Council Member Matherly took up the issue again at the city council’s next meeting, on September 8, moving to suspend the rules of procedure to allow reconsideration of Ordinance 5953.8 Council Member Hilling requested clarification on suspension of the rules, and the Mayor, City Attorney, and City Clerk provided clarification based on the Fairbanks General Code and Robert’s Rules of Order. The motion to suspend the rules then passed by a 5 to 1 vote.

Once the city council rules were suspended, Council Member Hilling moved to reconsider Ordinance 5953. Council Member Matherly explained that after the August 25 vote he had reexamined the contract and that he was concerned it was overly costly to the City. He further explained that he thought his earlier motion to reconsider had been

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timely. Before voting on reconsideration, city council members asked several procedural questions of the Mayor, City Attorney, and City Clerk, including how many times an ordinance could be reconsidered and whether public comment was allowed prior to the vote. The three responded that an ordinance could be reconsidered only once regardless of the subsequent vote’s outcome and that if the motion to reconsider carried, Ordinance 5953 would be reopened as if the original vote had never taken place. The City Clerk advised that allowing public comment was the city council’s prerogative, and the city council then called for additional public comment before voting.

Nine people commented on the motion to reconsider. Most comments were focused on the cost to the City; people commented that they thought the agreement was too expensive, that the City could not afford the agreement, and that the agreement’s costs were greater than the City had been promised during negotiations. City council members then questioned City staff about the City’s ability to pay under the agreement’s terms. City employees reported that the cost of the agreement was likely higher than calculated during negotiations, that approving the agreement would result in pressure for higher wages in other collective bargaining agreements, and that costs would drastically increase if either party opted out of the agreement. The city council debated the motion, with all six council members focusing comments on the cost to the City. The city council then voted 4 to 2 to reconsider Ordinance 5953.

After the motion to reconsider carried, but before Ordinance 5953 was revoted on, Council Member Hilling moved to postpone the revote to the city council’s September 22 meeting. The motion was amended to further postpone the revote to November 3, which Council Member Hilling praised as giving new city council members time to "get up to speed" on the contract dispute before voting.9 The motion to postpone consideration of Ordinance 5953 carried 5 to 1. The city council then approved an amended version of the previously advanced funding Ordinance 5955, increasing the police department’s funding by $5,939 but explicitly rejecting all increases contemplated in the tentative labor agreement.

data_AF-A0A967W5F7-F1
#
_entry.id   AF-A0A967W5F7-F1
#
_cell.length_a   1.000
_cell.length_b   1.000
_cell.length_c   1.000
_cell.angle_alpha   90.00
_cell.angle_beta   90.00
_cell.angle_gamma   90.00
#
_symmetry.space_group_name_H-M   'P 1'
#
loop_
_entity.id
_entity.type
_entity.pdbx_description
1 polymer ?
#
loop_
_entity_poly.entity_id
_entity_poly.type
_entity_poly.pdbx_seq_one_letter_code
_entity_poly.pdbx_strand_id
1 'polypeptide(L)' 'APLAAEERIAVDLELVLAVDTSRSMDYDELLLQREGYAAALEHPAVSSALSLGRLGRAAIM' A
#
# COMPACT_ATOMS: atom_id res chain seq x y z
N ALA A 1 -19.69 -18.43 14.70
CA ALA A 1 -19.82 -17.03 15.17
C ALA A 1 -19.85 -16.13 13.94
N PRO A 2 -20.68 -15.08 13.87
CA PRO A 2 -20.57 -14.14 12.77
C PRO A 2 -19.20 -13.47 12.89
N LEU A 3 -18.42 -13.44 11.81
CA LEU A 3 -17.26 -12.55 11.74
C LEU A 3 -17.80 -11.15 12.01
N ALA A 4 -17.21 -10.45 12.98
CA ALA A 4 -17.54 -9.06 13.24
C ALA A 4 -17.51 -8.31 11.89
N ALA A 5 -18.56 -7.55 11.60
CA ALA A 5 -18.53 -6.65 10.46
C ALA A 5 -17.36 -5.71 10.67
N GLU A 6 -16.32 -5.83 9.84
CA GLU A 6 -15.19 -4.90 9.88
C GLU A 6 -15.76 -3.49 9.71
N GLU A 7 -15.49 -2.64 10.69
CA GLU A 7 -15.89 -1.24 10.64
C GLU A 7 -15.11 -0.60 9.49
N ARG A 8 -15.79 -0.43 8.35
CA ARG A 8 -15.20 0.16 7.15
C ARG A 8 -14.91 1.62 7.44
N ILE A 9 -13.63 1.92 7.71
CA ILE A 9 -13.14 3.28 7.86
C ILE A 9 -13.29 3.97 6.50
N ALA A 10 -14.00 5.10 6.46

On November 3 the newly constituted city council voted unanimously not to adopt Ordinance 5953; the proposed collective bargaining agreement with PSEA thus was not approved by the city council.

B. Proceedings

A week after the city council’s final vote, PSEA filed a charge with the ALRA; PSEA asserted the City had refused to bargain in good faith.10 PSEA requested that the ALRA find the city council’s suspension of the rules and subsequent reconsideration of Ordinance 5953 was an unfair labor practice and order the City to let the tentative agreement stand as the final collective bargaining agreement between the City and PSEA. In April an ALRA hearing officer found probable cause to support the charge.

In November an ALRA three-member board panel decided 2 to 1 that the City had committed an unfair labor practice and ordered the city council to execute the collective bargaining agreement.11 The ALRA panel concluded that: the City was accountable for all actions of the city council; the city council had unreasonably delayed, or "strung out," negotiations;12 under the totality of the

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circumstances the city council’s actions constituted bad faith; an enforceable contract was entered into between the City and PSEA after the first vote on August 25, 2014; the City had no valid excuse to rescind the contract; and the remedy for the violation was enforcement of the tentative agreement.13 The ALRA panel ordered the City to "execute the collective bargaining agreement it reached with [PSEA], and that it ratified on August 25, 2014."14

The City appealed the ALRA panel’s decision to the superior court. The superior court held that the city council could not be a public employer under the Act15 but that the ALRA’s material factual findings were...